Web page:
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Paien’s preserved (attributed) oeuvre is exclusively vocal. Apart from five chansons in French for 4 voices (some of which were later arranged for Lute), it consists of fifteen Motets, in Latin (except “In Gott gelaub ich das er hat”, in German) for 4 or 5 voices. His work establishment at court the modern musica reservate style as the Bavarian ambassador explicitly predicted in a letter to his duke. In 1548, we published in Augsburg with Cornelius Canis, Thomas Crequillon and the organist Jean Lestainnier the Motet collection Contiones Selectissimae dediceted to the emperor Charles V. His life and work remain to be studied thoroughly.
Sources ∓ references
Prof. Ignace Bossuyt, De Vlaams Polyfonie. Leuven (Louvain), Davidsfonds, 1994
Albert Dunning’s articles in Grove
Allan W. Atlas, Renaissance Music: Music in Western Europe, 1400–1600. New York, W.W. Norton & Co., 1998.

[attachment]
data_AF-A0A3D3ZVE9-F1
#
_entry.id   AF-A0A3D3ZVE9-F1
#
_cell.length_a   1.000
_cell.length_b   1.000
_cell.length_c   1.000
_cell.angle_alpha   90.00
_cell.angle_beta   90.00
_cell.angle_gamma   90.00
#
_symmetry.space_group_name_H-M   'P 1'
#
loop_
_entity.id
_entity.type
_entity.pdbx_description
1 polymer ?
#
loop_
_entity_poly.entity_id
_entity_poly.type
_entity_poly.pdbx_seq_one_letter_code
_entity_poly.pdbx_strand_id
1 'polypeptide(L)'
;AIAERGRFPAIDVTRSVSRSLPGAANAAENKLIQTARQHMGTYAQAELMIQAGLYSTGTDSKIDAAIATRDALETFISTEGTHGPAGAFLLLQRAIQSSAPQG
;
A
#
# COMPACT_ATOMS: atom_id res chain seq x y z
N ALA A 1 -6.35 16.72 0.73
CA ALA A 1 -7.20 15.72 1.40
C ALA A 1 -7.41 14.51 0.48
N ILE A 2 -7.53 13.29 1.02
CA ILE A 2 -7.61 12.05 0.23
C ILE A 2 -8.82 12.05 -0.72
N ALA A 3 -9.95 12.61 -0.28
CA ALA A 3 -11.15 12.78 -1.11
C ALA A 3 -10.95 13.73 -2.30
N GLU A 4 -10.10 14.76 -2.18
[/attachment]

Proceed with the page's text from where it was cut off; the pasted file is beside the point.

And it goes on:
Nicolas (the name Paien is French for “heathen” or rustic) was born in Zinnik (Soignies) and received his first training at its St. Vincent church. About age 13 he was recruited for the exclusively “Flemish” (i.e. Spanish Low Countries)-manned Capilla Flamenca, the royal court chapel in the Spanish capital Madrid. Possibly after university, he rose in the 1540s to cleric and chaplain, and ultimately Maestra da capilla (director) in 1556, after the resignation of Cornelius Canis (the year after emperor Charles V’s abdication). The favor of king Philip II (Charles’s son) earned him honors including the prebend of canon at Tournai cathedral (near his birthplace). He died in Madrid, in or shortly after 1559, and was succeeded by five more Fiammighi during Philip’s reign and that of two royal successors, starting with the much more famous Pierre de Manchicourt.